Information for Overseas Institutions

Third Sector Law

Alison Maclennan

The Issues


  1. Should the Overseas Institution establish a permanent presence in England and Wales as a charity, and if so how is this done?
  2. If so, what form should the charity take?
  3. What are the advantages or disadvantages of each form?
  4. Would an English charity be suitable as a fundraising vehicle within the European Union?
  5. How can funds raised in England and Wales (and Europe) be transferred for use by the Overseas Institution in the US. (i.e. payments made to an overseas body)?


We can help by establishing a charitable company limited by guarantee with purposes which are charitable under the law in England and Wales. Third Sector Law would be happy to form a team to establish the charity and administer it within the UK. There are many other issues to be addressed. We can send a questionnaire which, once answered, will help to focus on the issues which might arise. Below are details of some of the choices to be made.

1. Establishing a charity in England and Wales

The Overseas Institution may be a 501 (c) (3) public charity established in the U.S relying on grants and sponsorship from individuals, corporations, other foundations and government. It could be a non political organisation which aims to improve people’s lives. The organisation concentrates on projects broadly aimed at increasing human capital, financial capital and social capital.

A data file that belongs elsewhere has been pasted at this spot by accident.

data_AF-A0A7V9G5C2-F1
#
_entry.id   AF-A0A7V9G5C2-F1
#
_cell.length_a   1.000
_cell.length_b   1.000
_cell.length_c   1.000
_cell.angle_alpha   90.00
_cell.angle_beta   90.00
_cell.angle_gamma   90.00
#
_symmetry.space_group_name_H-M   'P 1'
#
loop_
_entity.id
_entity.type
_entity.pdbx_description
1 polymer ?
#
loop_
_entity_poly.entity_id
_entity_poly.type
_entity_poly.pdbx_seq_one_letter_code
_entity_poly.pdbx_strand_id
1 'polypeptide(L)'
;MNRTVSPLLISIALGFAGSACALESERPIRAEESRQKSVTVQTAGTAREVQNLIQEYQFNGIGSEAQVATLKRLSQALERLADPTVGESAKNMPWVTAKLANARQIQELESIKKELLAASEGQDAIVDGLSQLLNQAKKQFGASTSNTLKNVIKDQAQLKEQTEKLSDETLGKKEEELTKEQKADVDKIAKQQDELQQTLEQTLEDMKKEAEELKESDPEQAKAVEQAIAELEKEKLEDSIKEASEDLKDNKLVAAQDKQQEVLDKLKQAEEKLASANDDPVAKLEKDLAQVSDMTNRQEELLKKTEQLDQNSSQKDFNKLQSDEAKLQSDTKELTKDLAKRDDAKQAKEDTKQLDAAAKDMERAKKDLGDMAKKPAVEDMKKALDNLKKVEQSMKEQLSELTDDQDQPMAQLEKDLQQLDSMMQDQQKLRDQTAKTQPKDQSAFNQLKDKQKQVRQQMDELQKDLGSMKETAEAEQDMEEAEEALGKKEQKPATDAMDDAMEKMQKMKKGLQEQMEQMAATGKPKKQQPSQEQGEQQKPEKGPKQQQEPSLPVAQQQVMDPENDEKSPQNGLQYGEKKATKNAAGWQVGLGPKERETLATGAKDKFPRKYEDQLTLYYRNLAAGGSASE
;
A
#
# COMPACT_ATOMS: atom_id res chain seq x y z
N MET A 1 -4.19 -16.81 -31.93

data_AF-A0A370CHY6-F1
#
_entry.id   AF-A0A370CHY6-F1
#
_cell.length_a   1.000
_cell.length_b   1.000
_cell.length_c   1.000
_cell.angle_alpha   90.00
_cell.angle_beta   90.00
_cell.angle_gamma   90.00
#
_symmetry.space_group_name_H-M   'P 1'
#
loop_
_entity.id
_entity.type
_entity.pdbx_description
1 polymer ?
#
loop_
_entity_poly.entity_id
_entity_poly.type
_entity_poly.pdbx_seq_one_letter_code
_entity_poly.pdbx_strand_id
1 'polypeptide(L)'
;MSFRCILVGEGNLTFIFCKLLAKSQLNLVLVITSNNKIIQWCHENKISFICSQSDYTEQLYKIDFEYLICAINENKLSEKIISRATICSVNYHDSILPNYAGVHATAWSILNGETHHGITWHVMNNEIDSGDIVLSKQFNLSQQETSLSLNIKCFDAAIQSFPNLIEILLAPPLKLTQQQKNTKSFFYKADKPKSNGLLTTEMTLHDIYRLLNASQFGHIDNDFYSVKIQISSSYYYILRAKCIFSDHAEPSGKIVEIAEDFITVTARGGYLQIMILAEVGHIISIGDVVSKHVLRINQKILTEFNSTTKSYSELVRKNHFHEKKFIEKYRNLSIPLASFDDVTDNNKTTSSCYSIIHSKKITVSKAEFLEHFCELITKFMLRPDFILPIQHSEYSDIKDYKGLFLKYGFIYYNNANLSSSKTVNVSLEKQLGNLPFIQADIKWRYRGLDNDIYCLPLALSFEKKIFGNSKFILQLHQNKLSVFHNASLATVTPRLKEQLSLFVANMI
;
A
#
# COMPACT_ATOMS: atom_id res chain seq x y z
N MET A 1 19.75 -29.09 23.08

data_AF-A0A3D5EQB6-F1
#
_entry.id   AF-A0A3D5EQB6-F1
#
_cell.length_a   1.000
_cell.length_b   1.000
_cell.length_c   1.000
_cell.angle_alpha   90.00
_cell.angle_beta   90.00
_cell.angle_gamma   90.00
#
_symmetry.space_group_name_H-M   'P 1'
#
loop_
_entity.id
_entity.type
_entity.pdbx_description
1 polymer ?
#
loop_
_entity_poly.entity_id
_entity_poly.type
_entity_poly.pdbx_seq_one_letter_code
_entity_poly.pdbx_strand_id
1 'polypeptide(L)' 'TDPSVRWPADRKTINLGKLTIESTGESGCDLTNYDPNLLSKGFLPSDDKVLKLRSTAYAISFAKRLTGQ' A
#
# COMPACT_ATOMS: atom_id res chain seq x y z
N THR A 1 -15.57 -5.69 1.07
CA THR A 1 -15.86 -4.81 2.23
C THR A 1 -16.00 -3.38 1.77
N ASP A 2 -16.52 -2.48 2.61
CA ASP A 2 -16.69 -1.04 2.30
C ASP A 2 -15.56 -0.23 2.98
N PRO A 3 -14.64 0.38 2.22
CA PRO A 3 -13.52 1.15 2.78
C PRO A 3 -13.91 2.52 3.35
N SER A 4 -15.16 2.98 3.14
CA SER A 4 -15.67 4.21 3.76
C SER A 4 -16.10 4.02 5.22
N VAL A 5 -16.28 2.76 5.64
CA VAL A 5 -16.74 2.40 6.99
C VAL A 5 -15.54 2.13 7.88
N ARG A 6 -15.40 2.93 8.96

2. & 3. The form of charity and some advantages and disadvantages of each.

Under English law, the simplest form to set up and operate is the declaration of trust. The trust is not a separate person from its trustees and there are no special formalities apart from: (1) the necessity to have the original document approveded by the Inland Revenue; and (2) the requirements of charity law, including registration in most cases. Organisations send their trust document and an application form to the Charity Commission with the most recent available accounts (if any) and a description of the activities of the organisation. The Charity Commission will assess the application against the charity test and if successful the organisation will be entered on the register of charities.

An unincorporated charitable association can also be simple to operate within the jurisdiction, provided that the terms of the constitution are clear and workable. Again, no separate legal person is created and in this case there is no requirement for a stamp. The Overseas Institution could draft rules (with advice) that effectively make the UK charity part of the Overseas Institution. None of the rules should be incompatible with English charity law though.